BY MAGGIE TROWE
In a national day of action organized by four postal unions Nov. 14, several thousand people demonstrated outside 150 U.S. Postal Service facilities in all 50 states to protest job cuts, outsourcing and other union-busting measures — as well as to defend the basic mail service that working people above all depend on.
Nearly 200,000 postal jobs were cut between 2006 and 2013 and more than 140 mail-processing facilities have closed since 2012. Another 82 mail processing and distribution centers are on the chopping block for Jan. 5, 2015, and the Postal Service plans to virtually eliminate overnight delivery, as well as direct-to-door delivery in most new housing developments.
“Over 100 jobs, including mine, will be abolished on my shift this week,” Rinda Ma, a mail handler at the Pasadena, California, rally of 50, told the Militant.
“Their intention is to bust the unions,” Maurice Anderson, a postal worker and shop steward in Hialeah, Florida, said as he passed out flyers at the action at the Pembroke Pines distribution center. “That’s what the Staples deal is about,” he said, referring to the Postal Service campaign to outsource some postal service to more than 1,500 Staples stores across the country.
“They want to use Staples as a knock-off post office, not using postal employees and not paying a living wage,” said William Flanagan, one of 60 pickets at the central post office in Atlanta.
Two hundred gathered on the steps of the main post office in New York. “We’ve organized informational pickets at 18 of the 23 Staples stores in Manhattan,” Mike Suchomel said. “We don’t want the workers at Staples to lose their jobs, and we’re for expanding service, but they should become postal workers and get the same wages and benefits as we do.”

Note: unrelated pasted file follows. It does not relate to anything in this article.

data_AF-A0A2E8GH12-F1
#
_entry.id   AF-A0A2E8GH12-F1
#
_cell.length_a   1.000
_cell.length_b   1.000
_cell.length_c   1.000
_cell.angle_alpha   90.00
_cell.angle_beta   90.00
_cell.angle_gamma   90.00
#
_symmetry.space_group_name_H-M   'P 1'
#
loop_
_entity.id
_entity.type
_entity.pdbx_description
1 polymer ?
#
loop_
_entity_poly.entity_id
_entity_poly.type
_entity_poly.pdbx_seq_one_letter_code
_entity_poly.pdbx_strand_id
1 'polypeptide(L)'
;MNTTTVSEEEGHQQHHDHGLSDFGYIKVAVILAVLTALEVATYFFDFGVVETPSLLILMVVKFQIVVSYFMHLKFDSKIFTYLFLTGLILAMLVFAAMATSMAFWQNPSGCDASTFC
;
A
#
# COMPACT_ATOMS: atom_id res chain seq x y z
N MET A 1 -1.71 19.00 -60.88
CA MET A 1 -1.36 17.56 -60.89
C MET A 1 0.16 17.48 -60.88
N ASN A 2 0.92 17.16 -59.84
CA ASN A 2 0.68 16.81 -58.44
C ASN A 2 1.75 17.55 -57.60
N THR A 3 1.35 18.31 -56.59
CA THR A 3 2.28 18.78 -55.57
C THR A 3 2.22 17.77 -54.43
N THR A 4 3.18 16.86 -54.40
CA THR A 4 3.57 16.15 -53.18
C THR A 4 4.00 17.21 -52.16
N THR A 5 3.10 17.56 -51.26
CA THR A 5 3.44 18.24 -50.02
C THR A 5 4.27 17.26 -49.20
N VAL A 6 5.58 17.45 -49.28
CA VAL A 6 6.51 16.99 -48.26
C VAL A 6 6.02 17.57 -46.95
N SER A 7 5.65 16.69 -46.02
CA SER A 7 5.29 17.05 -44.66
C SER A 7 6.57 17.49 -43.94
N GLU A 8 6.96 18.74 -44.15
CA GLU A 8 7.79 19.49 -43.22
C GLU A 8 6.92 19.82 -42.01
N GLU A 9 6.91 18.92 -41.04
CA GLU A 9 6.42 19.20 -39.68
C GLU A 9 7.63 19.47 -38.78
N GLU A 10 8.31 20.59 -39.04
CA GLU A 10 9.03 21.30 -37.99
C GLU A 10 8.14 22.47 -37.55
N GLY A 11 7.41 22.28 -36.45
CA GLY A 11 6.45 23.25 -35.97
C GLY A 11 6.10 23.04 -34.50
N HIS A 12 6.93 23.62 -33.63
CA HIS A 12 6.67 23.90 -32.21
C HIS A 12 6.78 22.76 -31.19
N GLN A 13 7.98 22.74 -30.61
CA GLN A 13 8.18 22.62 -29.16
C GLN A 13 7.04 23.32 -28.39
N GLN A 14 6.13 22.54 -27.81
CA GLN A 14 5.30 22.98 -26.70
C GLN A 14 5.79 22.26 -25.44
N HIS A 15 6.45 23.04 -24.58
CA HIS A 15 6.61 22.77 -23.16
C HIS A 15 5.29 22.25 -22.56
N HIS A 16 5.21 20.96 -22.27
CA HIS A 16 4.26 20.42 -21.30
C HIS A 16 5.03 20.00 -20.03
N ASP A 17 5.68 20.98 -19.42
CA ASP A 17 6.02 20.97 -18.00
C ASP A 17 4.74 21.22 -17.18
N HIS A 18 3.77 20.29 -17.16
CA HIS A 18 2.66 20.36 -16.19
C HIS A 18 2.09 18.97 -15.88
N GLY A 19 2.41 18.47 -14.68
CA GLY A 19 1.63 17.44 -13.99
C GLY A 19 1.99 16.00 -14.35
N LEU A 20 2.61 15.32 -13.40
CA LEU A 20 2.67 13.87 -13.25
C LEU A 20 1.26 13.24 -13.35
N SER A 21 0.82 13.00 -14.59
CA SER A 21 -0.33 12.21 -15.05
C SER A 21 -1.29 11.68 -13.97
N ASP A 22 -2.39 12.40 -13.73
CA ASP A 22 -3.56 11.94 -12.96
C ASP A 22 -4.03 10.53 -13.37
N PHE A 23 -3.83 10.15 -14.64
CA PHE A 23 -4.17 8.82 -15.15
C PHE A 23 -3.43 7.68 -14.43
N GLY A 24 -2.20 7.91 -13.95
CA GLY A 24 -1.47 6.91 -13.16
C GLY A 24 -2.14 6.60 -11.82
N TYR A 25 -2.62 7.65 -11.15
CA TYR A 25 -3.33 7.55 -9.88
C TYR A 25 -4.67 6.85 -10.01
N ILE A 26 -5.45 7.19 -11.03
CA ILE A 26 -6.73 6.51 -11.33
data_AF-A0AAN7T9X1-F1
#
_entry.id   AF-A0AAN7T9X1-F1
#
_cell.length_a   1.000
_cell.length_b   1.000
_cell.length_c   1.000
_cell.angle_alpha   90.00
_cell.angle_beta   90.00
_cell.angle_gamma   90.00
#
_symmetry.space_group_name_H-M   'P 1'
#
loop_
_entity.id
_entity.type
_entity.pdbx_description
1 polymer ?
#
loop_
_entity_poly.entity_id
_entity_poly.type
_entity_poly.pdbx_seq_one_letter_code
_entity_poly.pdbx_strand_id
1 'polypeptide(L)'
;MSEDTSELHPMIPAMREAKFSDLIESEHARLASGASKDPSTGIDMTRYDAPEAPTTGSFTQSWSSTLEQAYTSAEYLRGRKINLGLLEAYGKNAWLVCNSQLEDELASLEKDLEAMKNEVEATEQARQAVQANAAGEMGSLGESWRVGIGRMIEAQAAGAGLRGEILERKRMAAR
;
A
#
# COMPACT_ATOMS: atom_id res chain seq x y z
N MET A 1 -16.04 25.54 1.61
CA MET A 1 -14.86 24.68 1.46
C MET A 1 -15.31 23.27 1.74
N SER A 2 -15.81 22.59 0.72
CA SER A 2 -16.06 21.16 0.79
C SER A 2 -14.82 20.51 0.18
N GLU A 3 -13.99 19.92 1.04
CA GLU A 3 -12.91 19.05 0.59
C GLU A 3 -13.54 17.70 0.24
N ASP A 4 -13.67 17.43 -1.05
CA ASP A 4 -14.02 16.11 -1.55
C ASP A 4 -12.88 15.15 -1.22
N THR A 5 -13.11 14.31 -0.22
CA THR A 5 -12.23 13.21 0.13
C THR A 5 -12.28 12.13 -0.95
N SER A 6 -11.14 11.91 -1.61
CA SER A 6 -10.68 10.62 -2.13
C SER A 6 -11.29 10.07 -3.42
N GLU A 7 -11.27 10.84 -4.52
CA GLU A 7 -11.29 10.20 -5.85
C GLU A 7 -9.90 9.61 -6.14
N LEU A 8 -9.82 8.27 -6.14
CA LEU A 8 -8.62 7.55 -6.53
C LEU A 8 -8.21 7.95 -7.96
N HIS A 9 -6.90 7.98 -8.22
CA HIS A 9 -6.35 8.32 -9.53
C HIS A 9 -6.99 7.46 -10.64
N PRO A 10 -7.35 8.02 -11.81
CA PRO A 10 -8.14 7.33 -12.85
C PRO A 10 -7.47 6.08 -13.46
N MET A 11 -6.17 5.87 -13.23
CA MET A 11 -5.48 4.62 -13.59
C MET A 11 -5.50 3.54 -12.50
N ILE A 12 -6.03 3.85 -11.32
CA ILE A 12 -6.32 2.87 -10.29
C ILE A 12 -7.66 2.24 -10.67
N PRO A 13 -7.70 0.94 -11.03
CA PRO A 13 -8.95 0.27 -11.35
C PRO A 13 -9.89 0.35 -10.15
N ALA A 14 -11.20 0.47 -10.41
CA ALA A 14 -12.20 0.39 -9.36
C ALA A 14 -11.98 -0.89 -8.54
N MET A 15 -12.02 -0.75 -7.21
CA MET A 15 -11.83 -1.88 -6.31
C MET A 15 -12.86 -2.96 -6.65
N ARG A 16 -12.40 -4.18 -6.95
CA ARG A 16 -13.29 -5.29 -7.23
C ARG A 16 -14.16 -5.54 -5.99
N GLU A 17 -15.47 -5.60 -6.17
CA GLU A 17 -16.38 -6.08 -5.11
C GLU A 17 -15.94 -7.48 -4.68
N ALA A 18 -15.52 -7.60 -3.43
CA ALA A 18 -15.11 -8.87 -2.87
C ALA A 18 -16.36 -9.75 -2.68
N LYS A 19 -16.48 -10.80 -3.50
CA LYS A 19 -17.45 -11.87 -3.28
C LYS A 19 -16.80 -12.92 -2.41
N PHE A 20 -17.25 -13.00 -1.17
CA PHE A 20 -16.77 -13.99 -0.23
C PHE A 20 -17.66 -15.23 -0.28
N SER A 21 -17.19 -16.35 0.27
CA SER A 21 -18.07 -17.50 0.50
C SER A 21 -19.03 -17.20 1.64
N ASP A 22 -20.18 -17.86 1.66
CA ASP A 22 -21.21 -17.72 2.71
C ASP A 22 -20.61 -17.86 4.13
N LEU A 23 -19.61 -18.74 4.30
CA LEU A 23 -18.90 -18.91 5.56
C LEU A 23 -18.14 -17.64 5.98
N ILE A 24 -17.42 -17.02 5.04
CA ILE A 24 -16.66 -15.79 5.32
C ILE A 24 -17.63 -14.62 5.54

Anderson said management is encouraging early retirement “in order to save on benefits. The career employees are replaced by ‘postal support employees,’ who get less pay and benefits and don’t have set hours and days off.”
Some 250 filled the lobby of the Postal Service headquarters in Washington, D.C. They chanted, “Let us in!” and “You might be next,” when denied entry to the meeting of the Board of Governors where Postmaster General Patrick Donahoe was giving a report. Donohoe announced the same day his plan to retire early next year.
Postal workers were joined by other unionists who support their fight, including members of the American Federation of Government Employees, Communications Workers of America, Amalgamated Transit Union, Coalition of Labor Union Women, Screen Actors Guild, Teamsters, Musicians Association, United Food and Commercial Workers and American Federation of Teachers.
Kevin Cole, American Postal Workers Union shop steward in Los Angeles; Naomi Craine in Miami; Sara Lobman in New York; Sergio Zambrana in Washington, D.C.; Janice Lynn in Atlanta; Mary Martin in Seattle; Andrea Morell in San Francisco; Jacquie Henderson in Omaha and Joe Swanson in Lincoln, Nebraska, contributed to this article.
On the Picket Line